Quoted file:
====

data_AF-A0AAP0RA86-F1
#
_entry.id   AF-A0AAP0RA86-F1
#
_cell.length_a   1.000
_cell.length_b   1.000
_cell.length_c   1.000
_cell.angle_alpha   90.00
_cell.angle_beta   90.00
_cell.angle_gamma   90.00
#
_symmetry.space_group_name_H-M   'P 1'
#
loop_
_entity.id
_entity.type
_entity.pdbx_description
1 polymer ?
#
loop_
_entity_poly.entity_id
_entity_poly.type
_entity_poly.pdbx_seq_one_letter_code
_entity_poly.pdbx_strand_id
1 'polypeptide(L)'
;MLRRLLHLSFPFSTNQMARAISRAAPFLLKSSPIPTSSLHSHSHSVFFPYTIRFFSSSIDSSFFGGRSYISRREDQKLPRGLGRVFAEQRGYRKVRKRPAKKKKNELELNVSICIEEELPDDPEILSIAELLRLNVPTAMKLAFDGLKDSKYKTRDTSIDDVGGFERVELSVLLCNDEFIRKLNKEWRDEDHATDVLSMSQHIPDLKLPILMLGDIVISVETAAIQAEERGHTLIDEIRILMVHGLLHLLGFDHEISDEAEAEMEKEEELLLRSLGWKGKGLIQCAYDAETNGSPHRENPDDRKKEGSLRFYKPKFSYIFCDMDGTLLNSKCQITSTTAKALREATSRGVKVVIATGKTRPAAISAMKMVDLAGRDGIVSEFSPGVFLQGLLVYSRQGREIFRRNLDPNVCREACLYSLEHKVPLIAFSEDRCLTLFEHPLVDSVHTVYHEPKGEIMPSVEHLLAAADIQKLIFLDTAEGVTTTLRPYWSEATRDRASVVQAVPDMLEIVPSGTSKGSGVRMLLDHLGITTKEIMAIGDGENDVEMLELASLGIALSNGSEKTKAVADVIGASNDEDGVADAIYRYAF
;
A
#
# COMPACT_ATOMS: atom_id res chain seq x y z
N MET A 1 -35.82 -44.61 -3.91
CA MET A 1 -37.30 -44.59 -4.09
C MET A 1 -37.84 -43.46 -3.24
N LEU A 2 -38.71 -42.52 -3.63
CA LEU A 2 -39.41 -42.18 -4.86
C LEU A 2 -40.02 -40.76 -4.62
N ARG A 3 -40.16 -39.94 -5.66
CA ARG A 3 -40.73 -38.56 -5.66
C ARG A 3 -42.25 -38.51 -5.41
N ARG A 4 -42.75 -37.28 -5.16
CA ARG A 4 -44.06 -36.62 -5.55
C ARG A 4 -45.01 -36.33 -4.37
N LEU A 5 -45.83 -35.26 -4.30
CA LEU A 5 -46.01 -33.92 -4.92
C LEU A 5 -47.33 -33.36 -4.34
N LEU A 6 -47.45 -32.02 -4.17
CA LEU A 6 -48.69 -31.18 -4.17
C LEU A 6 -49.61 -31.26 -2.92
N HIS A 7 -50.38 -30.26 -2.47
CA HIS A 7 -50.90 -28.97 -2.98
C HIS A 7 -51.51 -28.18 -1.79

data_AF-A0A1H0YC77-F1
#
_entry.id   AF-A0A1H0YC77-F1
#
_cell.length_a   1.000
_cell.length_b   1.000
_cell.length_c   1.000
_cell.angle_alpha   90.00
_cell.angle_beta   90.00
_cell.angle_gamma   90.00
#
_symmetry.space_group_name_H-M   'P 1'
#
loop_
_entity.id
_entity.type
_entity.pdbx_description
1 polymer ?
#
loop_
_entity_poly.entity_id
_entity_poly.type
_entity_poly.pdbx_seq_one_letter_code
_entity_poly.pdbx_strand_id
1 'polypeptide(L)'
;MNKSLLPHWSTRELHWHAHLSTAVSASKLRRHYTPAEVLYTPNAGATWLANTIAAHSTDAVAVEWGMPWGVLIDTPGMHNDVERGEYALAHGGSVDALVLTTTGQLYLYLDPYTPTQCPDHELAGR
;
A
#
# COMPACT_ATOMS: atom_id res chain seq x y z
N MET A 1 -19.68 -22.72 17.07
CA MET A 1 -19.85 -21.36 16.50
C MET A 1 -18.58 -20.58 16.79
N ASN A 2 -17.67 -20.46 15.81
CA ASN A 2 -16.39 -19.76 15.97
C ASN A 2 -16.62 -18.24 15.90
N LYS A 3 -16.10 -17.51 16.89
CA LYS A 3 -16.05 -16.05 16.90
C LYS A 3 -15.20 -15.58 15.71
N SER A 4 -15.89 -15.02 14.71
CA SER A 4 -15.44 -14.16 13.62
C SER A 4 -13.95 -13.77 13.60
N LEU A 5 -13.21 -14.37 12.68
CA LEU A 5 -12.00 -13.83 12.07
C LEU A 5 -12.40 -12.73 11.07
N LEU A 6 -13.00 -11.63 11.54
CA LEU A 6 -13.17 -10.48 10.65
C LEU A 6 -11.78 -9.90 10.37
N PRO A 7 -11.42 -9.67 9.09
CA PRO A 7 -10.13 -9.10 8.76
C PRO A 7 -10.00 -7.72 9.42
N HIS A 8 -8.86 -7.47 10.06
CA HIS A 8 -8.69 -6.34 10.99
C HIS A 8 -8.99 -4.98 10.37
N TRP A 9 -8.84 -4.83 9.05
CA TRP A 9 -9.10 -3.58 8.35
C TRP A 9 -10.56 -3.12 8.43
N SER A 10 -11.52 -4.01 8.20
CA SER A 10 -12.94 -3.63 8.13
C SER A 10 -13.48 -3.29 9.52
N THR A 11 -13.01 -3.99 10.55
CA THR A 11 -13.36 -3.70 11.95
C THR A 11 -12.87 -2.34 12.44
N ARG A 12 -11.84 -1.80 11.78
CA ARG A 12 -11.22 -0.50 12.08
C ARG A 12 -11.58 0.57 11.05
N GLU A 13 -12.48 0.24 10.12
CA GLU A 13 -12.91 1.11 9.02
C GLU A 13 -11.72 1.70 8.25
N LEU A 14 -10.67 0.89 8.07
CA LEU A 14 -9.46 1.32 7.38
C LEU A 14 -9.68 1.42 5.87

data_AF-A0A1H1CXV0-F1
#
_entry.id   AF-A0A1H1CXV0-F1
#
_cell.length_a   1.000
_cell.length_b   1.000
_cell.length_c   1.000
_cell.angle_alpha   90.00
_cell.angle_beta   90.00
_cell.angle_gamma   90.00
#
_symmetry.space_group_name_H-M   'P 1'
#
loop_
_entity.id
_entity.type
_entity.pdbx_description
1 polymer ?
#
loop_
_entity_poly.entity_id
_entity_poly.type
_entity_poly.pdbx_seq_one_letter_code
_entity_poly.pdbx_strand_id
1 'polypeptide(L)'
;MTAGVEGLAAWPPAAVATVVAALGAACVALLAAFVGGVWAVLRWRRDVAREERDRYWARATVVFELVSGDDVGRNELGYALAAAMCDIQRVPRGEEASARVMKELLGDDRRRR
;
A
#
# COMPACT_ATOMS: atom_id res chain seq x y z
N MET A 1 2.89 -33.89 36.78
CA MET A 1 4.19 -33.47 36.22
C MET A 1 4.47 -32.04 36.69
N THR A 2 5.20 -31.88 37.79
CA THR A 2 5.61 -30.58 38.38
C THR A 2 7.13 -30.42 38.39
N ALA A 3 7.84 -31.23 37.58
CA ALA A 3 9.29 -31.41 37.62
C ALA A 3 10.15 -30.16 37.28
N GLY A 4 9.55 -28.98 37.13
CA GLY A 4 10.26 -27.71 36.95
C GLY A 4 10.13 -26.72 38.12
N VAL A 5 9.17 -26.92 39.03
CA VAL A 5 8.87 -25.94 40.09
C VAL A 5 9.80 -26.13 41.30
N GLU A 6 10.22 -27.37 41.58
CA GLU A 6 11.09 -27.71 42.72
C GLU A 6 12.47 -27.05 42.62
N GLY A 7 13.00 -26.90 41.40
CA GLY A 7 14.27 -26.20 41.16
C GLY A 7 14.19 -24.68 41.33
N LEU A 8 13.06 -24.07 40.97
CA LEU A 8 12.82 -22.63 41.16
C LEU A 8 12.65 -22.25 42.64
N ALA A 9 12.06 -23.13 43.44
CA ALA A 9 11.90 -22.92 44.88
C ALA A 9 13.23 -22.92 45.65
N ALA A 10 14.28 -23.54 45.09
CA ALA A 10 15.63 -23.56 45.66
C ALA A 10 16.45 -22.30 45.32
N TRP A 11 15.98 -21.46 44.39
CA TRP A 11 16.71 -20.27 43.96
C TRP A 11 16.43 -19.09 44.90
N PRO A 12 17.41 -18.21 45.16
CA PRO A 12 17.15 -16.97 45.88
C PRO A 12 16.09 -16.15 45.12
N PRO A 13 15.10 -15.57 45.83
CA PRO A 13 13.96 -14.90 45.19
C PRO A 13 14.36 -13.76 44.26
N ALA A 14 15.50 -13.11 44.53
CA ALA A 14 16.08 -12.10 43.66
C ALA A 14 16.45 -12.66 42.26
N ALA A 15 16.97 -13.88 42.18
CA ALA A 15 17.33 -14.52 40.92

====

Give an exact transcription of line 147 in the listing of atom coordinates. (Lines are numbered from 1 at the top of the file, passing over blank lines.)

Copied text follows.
_entity_poly.pdbx_strand_id